Mosquito larvae (Aedes camptorhynchus) between first and second instar were distributed into 4×50 ml plastic tubes (10 larvae per tube), containing 20 ml of sterile tap water. To three groups of four tubes were added 1.5 ml of an aqueous slurry of possum faecal material containing either 5×106 colony forming units (cfu) M. ulcerans-GFP, 5×106 cfu M. marinum-GFP, or possum faecal material alone. The larvae were left to feed on the material for one week at 24°C. At the end of one week and also at the end of every subsequent week up to week five, all larvae were transferred to new tubes containing 20 ml of sterilized tap water. The original tubes spiked with possum faecal material were kept at room temperature and at the commencement of each week 500 µl of water from each of these tubes was tested by IS2404 and ppk qPCR to estimate the residual quantity in the water of M. ulcerans and M. marinum respectively [43]. Results were reported as cfu by reference to standard curves for each PCR and bacterial species, correlating qPCR Ct values with cfu [43]. From weeks 2–5 the larvae were sustained with small quantities of fish food added to each tube. A larva was taken from each tube as it progressed through each instar and tested by IS2404 PCR for the presence of M. ulcerans as described [43]. A selection of 4th instar larvae were also fixed overnight in 10% formaldehyde in PBS (v/v) then mounted in cedarwood oil (Matheson, Coleman and Bell) on a glass slide for examination by fluorescence microscopy with an Olympus BX51 microscope (Olympus, Tokyo, Japan) with the following filter sets: DAPI (Blue) ex: 360–70 nm, em: 420–60 nm, FITC (Green) ex: 450–80 nm, em: 535 nm, TRITC (red) ex: 535 nm, em: 635 nm. Images were acquired using an Olympus DP-70 digital camera and merged using DP controller software (version or Adobe Photoshop (version 8) These experiments were terminated before the insects progressed to pupal and adult developmental stages.


Identification of promoter regions in mycolactone-associated genes using a GFP-reporter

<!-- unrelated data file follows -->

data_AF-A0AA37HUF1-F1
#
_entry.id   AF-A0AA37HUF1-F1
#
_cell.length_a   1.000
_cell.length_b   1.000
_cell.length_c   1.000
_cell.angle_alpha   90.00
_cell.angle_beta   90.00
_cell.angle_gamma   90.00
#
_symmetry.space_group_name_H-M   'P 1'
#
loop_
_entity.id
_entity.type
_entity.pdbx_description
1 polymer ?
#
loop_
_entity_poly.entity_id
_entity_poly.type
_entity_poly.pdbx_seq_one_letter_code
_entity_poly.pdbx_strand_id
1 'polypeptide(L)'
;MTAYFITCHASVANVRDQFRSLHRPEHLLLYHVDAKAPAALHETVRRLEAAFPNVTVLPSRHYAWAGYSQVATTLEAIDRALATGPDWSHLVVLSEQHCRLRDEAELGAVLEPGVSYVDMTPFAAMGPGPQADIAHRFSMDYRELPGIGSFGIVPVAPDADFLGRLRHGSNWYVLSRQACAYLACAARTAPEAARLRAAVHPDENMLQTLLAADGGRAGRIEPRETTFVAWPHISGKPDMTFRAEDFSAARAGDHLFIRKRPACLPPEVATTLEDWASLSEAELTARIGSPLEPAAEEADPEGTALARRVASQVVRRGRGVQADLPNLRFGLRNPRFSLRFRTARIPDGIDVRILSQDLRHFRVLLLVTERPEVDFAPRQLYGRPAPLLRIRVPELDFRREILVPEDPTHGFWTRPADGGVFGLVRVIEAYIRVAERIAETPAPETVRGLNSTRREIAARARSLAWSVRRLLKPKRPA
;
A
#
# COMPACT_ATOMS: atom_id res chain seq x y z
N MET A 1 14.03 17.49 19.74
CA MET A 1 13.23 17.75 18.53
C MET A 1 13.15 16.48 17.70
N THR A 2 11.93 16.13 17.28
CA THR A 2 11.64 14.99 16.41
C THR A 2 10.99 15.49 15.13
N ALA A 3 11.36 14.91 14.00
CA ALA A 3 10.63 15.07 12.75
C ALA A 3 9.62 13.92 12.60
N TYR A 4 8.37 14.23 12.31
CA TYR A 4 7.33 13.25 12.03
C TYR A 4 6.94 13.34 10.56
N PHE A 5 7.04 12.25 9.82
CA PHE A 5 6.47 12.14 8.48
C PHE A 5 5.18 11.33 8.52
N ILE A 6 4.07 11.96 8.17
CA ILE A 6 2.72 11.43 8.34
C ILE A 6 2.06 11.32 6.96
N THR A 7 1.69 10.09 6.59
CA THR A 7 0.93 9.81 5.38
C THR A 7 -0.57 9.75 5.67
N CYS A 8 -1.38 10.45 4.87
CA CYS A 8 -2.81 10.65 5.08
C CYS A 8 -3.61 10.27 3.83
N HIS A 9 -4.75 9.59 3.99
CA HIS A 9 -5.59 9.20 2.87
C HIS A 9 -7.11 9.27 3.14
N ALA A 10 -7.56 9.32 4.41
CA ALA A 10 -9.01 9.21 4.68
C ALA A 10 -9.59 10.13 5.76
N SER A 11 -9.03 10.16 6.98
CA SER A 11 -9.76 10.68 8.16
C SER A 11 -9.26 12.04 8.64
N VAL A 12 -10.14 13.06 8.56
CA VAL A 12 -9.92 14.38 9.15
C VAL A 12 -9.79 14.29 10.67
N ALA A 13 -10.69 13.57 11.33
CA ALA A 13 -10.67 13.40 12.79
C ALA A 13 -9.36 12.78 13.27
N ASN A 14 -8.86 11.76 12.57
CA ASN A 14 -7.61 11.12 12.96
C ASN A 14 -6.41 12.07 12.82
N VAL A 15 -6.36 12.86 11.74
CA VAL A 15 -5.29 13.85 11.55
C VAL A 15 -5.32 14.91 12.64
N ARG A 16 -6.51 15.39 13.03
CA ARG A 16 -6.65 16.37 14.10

By cloning DNA fragments ranging from 229 bp–1646 bp located immediately upstream of mlsA1/mlsB (these genes have a duplicated start and upstream sequence so one cloned fragment was sufficient to analyse both genes), mlsA2, mup038, mup045 and mup053 in the promoterless GFP E. coli/Mycobacterium reporter vector pSM20 (Table S1, Figure 1) we were able to discover regions containing promoter activities. The resulting plasmids were used to transform E. coli, M. smegmatis and, for the mlsA1/mlsB construct, M. marinum and M. ulcerans were also transformed. Bacteria were cultured in 96-well plates for 2 hours at 37°C and expression of GFP for each strain was assessed by continuous fluorescence measurements. E. coli expressing GFP from the strong, constitutive promoter srp (pSM22) [32] and M. smegmatis expressing GFP from the sigA promoter from Mycobacterium bovis BCG (pJKD3042) [44] were used as positive controls for each genus. Results were expressed as fold changes in fluorescence above the levels detected in bacteria containing the empty vector pSM20. The results for mlsA1 and mlsB are summarized in Figure 2 and show that strains containing the construct pJKD2893 with the region 1646 bp upstream of mlsA1/mlsB, led to detectable GFP expression in E. coli, and high levels of GFP expression in M. smegmatis and M. marinum (Figure 2A). A single copy version of pJKD2893 was also created where a DNA fragment spanning the 1646 bp mls upstream region and gfp gene from pJKD2893 was subcloned into the mycobacterial integrating shuttle vector, pJKD8003 resulting in pJKD3111. M. marinum transformed with pJKD3111 expressed GFP 40-fold less than the same strain containing pJKD2893 (Figure 2A).